I’ve always been fascinated by tape recording ever since I was about four years old and our family friend Stu Byram recorded me singing “I’m a Little Teapot” on an old reel-to-reel tape recorder. When I was about 8 or 9 years old I got a small 3-1/2″ reel-to-reel machine for my birthday. Being the pioneer that I am… I remember taking the tape recorder to the drive-in movie with me to record music from movies like “Mary Poppins” and “AHard Day’s Night“. I swear I’ve never taken a camcorder into a movie theater but I sure was ahead of my time when it came to bootleg soundtracks. It’s a shame that drive-in movies are so rare these days. It sure would be easy to sneak in your camcorder into a drive-in. However the sound quality sure would leave a lot to be desired.

When I was about 12 or 13 years old I moved up to a regular audio cassette player/recorder with a built-in AM/FM radio and my bootlegging ways continued. I would sit there listening to the FM radio waiting for my favorite songs to come on and I would flip it to record as the song started. In fact I would sit there for hours sometimes hitting record just as the DJ would stop talking in hopes that I could catch more of the beginning of the song. If it was a song I didn’t want or already had, I would simply stop the tape, backup little bit, and cue it up for the next song. I was very popular among the kids in the neighborhood because I had a great collection of the latest music and it didn’t cost me a dime.

Another favorite pastime I had was making comedy recordings in the form of a man-on-the-street interview where all the answers to my questions were a line out of a song. I had figured out how to wire into my record player so that I could directly connect it to my tape recorder even though the record player didn’t have a “line out” jack. I would use a microphone to ask a question like “What is your name Miss?” And then I would record a brief few seconds from the Beatles song “Elinor Rigby” from a 45 rpm record. I would then ask “How are you today?” And I would play few seconds of James Brown screaming “I feel good!” And the comedy would deteriorate from there.

I always figured if I was a little bit smarter I could figure out how to connect a television to a cassette recorder but of course if that was possible, somebody would have done it. Audio cassette recorders barely have enough capability to record decent audio let alone the amount of bandwidth you needed to do video.

Fisher Price PXL-2000 camcorder

It turns out that in 1987 Fisher Price did make a toy black-and-white camcorder that used a standard audio cassette for recording. It was called the PXL-2000 PixelVision KiddieCorder. I never owned one because by that time I already had a real camcorder. But I always thought it was great they figured out how to do it. One recently sold on eBay for about $50. Also check out this article from Wikipedia.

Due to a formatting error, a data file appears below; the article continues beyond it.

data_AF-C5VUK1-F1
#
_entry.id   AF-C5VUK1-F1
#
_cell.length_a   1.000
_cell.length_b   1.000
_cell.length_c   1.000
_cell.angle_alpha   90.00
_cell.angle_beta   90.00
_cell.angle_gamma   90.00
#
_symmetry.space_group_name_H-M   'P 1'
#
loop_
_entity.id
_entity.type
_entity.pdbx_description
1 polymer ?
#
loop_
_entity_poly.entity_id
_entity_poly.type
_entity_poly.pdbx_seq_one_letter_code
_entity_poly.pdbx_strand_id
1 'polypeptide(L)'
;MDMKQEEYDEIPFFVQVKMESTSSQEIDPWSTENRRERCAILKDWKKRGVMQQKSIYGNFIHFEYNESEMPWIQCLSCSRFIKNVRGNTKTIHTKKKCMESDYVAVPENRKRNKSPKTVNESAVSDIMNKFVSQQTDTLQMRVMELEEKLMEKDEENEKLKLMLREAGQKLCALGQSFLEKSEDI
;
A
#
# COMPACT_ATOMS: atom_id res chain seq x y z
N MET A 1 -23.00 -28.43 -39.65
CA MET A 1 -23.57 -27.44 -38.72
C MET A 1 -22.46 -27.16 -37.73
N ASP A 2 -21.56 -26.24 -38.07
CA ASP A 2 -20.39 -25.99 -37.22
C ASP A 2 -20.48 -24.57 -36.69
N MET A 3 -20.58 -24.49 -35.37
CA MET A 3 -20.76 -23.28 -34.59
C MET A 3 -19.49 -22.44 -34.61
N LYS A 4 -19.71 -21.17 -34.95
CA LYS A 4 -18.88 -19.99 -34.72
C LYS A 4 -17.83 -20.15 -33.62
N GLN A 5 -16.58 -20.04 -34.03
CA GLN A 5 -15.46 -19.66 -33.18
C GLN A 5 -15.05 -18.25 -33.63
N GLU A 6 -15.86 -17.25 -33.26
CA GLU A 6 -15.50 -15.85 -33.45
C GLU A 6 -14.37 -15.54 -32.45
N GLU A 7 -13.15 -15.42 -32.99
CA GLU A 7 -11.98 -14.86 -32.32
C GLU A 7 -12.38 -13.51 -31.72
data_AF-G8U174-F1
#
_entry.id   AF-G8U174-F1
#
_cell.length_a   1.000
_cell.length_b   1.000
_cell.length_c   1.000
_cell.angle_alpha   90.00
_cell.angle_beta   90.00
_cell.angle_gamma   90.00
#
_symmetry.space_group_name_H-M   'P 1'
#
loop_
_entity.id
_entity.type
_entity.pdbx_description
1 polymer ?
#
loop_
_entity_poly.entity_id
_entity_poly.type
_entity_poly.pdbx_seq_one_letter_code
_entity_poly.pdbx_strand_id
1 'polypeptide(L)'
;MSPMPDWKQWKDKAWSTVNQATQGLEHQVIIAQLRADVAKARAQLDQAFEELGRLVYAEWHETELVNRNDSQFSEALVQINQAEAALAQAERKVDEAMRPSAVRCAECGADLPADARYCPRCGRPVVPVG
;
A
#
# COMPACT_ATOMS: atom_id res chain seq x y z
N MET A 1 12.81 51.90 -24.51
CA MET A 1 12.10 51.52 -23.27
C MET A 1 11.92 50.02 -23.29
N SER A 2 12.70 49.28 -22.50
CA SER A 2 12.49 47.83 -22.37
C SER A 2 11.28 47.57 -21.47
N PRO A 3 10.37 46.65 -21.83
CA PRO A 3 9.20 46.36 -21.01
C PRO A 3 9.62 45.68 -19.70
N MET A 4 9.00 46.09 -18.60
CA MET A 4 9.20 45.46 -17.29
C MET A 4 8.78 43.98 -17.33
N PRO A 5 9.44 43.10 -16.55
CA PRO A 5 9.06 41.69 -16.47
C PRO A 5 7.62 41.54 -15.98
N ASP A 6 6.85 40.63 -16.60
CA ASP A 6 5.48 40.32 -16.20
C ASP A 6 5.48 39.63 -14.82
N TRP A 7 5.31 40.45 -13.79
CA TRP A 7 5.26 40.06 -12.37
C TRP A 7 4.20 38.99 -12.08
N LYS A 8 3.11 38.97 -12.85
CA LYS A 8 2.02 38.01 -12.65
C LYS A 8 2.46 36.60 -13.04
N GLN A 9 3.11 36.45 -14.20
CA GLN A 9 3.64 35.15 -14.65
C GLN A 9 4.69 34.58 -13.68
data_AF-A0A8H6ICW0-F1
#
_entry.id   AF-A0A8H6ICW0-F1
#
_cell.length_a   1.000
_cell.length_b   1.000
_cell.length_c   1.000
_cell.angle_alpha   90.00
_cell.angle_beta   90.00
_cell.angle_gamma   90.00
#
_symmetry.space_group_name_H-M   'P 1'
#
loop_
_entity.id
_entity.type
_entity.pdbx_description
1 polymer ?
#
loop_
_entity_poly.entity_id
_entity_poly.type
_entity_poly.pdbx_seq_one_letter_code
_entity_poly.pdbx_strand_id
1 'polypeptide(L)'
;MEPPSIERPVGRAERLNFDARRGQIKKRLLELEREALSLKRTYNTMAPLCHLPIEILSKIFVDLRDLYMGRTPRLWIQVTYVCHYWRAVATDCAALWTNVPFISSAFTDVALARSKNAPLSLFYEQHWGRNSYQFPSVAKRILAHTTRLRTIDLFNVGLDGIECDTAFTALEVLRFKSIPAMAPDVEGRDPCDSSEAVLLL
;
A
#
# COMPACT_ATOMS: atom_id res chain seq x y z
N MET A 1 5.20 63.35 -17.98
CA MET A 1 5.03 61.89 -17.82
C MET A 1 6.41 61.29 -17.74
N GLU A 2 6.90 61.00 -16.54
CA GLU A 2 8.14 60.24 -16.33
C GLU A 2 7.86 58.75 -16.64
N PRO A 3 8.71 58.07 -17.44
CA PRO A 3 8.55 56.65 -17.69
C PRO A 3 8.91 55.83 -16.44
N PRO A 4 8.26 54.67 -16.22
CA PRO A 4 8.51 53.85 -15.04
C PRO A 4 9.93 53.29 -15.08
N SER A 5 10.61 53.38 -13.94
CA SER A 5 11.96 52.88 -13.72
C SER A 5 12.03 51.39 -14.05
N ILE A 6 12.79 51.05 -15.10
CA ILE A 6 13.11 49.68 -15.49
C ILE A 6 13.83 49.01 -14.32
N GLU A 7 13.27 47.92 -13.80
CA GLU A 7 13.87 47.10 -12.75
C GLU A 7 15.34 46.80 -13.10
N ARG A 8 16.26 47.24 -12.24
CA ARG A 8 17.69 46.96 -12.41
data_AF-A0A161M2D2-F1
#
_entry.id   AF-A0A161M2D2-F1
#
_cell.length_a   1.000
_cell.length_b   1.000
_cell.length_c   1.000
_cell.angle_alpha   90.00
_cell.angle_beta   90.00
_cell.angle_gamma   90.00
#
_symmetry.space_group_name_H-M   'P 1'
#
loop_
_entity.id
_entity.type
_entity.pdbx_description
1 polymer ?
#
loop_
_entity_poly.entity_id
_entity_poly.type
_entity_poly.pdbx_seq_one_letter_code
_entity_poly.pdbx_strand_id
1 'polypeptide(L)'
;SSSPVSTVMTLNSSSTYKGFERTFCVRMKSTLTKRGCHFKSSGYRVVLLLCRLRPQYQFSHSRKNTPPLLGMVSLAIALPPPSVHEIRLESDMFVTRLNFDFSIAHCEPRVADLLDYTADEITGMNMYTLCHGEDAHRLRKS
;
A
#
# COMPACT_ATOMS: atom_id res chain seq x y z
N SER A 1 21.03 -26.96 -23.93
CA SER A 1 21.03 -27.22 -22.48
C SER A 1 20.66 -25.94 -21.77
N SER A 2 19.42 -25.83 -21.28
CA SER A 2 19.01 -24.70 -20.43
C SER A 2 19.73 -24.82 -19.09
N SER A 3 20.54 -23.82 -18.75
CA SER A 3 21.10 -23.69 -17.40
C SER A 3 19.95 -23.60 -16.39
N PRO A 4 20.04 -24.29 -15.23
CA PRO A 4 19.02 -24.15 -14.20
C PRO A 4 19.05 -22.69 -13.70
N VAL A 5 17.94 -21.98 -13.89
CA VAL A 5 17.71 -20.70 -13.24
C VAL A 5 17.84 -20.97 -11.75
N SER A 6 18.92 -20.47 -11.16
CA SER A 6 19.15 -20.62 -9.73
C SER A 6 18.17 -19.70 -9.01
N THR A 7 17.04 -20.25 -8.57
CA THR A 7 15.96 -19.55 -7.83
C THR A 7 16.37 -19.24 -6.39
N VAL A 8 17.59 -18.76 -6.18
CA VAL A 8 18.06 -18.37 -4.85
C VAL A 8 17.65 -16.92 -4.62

Later in high school my fascination with video recording led me to hangout briefly with the high school Audiovisual Club at Northwest High School even though it was the nerdiest group of people in the school. They had a black-and-white camera and video tape recorder that they used to tape basketball and football games for the coaches. Unfortunately all of the tape to place high in the bleachers or a press box so I couldn’t help out with that and I really didn’t have much time to participate in extracurricular activities because the bus would pick me up about 15 or 20 minutes after my last class.

It wasn’t until the early 1980s that my dream of video recording in the home would come through when I purchased my first VCR. Read all about that in our next installment.


This is the first in a series of articles about my recent quest to replace a broken VCR in this era of DVDs, DVRs, and other newfangled gadgets.

There are currently four VCRs in my home in addition to a DVR/cable box in my living room. You would think the loss of one VCR wouldn’t put a crimp in my style. After all there are still three other VCRs and the digital recorder in the cable box can record two different programs at once. The VCR in the living room we rarely use anymore because we have the DVR/cable box. The living room VCR is mostly used these days copy things off of the DVR on to tape so that I can watch them in my bedroom. The VCR in my office is used for transferring things from my computer to tape. It’s connected to the computer using a Pinnacle Studios Dazzle 150 analog video converter box. In my bedroom I watch a lot of tape in bed at night but sometimes there’s something I want to record while I’m watching so I really need two VCRs in the bedroom. It’s also nice to have two VCRs in the same room connected to each other so did you ever wonder copy something from one tape to another it is easy to do so. Also there have been times when I needed to record as many as four shows while watching a fifth one cy do really need several VCRs.

The living room, office, and one of the bedroom VCRs are all JVC which is really handy because my multifunction remote control can handle all of them using just one device on my a device remote. The other VCR in the bedroom was a Toshiba and it was probably my favorite one in the house. It seemed to handle old crinkly tapes or poorly recorded tapes better than any machine in the house. I liked the fact that every time you hit play, stop, rewind, or fast forward it would briefly display the tape counter onscreen. You did not have to hit a display button to get the tape counter to show. It was the VCR in the bedroom that I used while watching TV in bed and the JVC model was a backup.

So the other day it started making funny noises and it ate up a tape and refused to eject it. Dad tried to take apart and figure out what was wrong but it kept eating tapes and jamming the eject mechanism. So I decided to go online to to pick out a new one.

They didn’t have any!

Neither did Circuit City… or H.H.Gregg… or anywhere else I looked.

I couldn’t believe it but nobody makes just plain VCRs anymore! You have to buy a DVD/VCR combination. In fact there are very few models that are just DVD/VCRs. Most of them nowadays are DVD recorders with a built-in VCR. It used to be you could get a really nice 4-head hi-fi stereo VCR for about $50. The VCR/DVD combos cost as much as $100 and the ones with DVD recorders are as much as twice that.

I think the signs are very clear that the VCRs days ar e numbered. That amazing old friend of ours the VHS VCR is going the way of BetaMax, and 8-track audio tapes… and come to think of it regular audiocassettes have pretty much disappeared as well. It’s not just good by VCR… it’s goodbye to tape in general!

This horrifying revelation has prompted me to reflect on my personal history of VCRs. In the next installments we’ll talk about my passion for recording and my first VCR. Then we will discover an even more amazing secret about VCRs and even DVD recorders that are losing one of their greatest features. Stay tuned as the mystery reveals itself!